Suspected TB case reported in Pinellas Park High School student - Outbreak News Today | Outbreak News Today Outbreak News Today
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The Florida Department of Health in Pinellas County (DOH-Pinellas) is investigating a suspected case of tuberculosis (TB) in a 17-year-old student at Pinellas Park High School.

Mycobacterium tuberculosis bacteria/CDC

Mycobacterium tuberculosis bacteria/CDC

In a notice to parents, school principal, John Johnston notes: To ensure the health and well-being of all our students, the Department of Health will provide screening services free of charge with parent permission for students identified as having had close contact with the impacted student. The screenings will be offered at our school.

A letter was sent home with students that includes details on whether or not your student was recommended for screening. Screenings will take place on our campus April 27-28. You may also choose to complete a screening with your family’s health care provider. Additionally, the screening can be completed at the St. Petersburg Center of the Florida Department of Health at 205 Dr. Martin Luther King Jr. Street North St. Petersburg, Florida.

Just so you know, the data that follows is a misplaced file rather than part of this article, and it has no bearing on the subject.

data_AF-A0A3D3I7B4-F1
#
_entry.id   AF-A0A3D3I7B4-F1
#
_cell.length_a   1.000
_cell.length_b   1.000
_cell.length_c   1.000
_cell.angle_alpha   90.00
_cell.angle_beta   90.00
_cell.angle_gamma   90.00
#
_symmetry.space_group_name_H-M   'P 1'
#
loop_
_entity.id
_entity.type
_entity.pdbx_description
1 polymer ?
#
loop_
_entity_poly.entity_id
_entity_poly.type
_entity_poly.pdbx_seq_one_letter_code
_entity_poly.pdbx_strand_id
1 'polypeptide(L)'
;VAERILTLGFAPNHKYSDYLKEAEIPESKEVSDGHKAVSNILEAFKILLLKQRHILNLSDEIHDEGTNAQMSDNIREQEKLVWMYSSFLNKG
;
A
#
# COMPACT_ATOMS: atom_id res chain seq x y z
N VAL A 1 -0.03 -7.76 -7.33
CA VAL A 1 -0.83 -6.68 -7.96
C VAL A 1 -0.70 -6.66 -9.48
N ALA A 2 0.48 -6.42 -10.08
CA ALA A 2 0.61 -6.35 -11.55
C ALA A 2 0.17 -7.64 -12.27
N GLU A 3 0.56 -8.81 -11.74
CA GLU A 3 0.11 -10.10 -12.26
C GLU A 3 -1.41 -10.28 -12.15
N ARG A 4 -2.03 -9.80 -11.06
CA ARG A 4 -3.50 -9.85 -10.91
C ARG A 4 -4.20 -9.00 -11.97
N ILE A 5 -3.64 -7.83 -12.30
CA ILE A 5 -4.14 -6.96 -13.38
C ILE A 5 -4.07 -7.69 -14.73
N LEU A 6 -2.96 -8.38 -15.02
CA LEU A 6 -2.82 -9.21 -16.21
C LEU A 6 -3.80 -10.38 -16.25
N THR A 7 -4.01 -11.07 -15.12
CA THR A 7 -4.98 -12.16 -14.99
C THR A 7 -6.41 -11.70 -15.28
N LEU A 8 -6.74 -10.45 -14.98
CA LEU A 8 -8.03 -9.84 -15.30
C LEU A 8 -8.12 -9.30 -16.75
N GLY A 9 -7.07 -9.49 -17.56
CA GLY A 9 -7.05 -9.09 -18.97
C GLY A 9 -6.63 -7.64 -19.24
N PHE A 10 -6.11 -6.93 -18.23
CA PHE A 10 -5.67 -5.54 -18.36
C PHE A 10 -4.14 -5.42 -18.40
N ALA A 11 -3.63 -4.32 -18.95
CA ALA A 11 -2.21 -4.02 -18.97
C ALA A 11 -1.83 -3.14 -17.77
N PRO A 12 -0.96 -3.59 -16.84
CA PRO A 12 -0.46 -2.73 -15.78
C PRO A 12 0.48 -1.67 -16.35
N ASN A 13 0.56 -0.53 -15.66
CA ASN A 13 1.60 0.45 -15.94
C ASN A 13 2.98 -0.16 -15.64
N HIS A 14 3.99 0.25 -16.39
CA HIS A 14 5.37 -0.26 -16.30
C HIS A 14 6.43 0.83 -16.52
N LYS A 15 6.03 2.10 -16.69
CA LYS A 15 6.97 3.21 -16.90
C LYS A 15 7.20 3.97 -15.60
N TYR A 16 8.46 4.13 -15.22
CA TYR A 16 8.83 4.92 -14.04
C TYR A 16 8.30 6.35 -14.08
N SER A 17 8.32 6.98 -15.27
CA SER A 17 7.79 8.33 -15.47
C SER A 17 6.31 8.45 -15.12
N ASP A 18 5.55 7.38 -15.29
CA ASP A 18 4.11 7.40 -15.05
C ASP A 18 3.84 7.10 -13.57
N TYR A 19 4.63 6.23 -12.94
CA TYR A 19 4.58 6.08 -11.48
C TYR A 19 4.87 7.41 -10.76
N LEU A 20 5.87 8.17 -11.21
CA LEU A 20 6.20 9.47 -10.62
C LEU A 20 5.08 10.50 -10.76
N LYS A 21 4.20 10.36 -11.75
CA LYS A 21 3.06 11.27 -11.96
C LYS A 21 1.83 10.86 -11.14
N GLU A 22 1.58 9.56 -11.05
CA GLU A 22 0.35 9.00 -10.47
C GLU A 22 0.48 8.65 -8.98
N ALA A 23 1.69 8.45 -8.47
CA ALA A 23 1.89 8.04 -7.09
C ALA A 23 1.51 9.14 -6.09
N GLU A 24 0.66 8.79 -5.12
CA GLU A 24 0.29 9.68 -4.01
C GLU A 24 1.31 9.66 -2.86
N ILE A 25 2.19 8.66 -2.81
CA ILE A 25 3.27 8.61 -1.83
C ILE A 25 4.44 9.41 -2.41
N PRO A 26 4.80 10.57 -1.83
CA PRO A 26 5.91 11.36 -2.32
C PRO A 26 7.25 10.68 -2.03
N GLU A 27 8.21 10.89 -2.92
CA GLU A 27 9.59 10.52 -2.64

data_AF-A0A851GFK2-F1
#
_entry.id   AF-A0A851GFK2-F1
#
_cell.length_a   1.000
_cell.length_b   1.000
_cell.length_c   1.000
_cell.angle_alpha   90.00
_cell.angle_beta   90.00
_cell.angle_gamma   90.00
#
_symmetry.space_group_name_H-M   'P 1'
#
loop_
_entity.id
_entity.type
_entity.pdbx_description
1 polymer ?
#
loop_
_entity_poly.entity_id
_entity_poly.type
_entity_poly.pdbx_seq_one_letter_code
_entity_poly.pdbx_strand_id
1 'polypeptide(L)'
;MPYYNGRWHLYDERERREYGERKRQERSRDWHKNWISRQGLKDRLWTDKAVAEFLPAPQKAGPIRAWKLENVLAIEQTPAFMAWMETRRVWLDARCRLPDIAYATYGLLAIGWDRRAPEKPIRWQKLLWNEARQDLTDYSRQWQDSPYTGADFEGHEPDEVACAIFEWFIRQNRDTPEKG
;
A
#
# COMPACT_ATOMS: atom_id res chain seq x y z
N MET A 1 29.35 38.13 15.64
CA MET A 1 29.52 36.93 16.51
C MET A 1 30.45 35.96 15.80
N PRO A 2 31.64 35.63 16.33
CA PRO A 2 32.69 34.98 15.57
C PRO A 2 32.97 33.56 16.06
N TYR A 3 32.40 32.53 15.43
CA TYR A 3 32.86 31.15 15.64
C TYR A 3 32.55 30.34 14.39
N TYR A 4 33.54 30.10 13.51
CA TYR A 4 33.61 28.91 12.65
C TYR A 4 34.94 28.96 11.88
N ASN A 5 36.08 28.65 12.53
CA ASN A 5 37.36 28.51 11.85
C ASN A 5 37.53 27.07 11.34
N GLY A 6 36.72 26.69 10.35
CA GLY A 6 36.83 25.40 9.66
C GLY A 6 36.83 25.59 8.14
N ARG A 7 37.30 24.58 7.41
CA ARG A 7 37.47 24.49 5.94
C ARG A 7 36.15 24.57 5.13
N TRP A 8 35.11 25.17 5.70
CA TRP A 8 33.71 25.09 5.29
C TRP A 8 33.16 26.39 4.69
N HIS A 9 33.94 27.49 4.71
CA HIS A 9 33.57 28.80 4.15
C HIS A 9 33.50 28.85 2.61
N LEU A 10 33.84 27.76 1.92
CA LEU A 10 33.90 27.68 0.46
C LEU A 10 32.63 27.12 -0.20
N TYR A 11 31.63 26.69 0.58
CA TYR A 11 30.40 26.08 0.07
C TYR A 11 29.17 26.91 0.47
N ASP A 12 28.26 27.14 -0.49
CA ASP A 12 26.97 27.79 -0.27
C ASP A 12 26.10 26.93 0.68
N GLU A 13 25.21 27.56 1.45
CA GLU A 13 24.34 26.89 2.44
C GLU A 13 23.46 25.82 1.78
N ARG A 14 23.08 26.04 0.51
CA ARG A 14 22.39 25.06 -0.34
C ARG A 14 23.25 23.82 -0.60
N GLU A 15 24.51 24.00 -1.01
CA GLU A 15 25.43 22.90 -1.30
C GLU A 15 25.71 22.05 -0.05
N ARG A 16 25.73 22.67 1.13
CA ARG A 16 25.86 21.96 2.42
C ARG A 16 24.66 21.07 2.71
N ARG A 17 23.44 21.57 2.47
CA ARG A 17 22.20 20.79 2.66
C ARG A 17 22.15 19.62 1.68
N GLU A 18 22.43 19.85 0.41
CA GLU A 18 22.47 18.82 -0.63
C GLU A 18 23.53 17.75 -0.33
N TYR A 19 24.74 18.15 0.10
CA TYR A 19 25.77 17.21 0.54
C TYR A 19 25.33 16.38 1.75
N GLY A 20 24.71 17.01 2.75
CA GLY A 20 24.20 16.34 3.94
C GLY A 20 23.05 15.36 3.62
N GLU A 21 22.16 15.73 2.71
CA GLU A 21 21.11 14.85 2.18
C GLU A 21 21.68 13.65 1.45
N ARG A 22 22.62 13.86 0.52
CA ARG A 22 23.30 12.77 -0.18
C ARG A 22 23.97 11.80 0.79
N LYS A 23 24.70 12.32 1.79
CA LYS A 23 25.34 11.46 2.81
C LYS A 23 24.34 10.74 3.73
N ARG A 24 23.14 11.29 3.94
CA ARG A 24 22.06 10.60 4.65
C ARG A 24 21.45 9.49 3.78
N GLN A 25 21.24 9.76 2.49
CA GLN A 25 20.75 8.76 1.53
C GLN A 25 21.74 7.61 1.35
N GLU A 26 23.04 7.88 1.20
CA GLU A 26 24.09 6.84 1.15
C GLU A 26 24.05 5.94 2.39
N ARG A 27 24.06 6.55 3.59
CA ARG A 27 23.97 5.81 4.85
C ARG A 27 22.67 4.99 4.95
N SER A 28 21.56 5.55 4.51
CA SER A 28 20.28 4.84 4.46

Johnston would not disclose the identity of the student due to confidentiality laws.

TB is spread through the air when people who have an active TB infection cough, sneeze or transmit respiratory fluids. TB spreads slowly, so additional tests by DOH-Pinellas will follow in 8 to 10 weeks.

TB is a disease caused by bacteria that mainly infects the lungs, although it can also affect other organs. With proper care, most cases can be treated with a course of antibiotics. Left untreated, TB can persist for years and be fatal. The rate of tuberculosis varies by geography: In Asian and African nations, rates are much higher than in developed countries.

In 2014, there were 25 reported cases of TB in the county. In February, the Florida Department of Health announced historic lows for the incidence of TB statewide. For four consecutive years, annual cases of active TB have declined by nearly 29 percent.

The symptoms of TB may include: A cough lasting three or more weeks that may produce discolored or bloody sputum; unintended weight loss; fatigue; slight fever; night sweats; chills; loss of appetite and pain with breathing or coughing.

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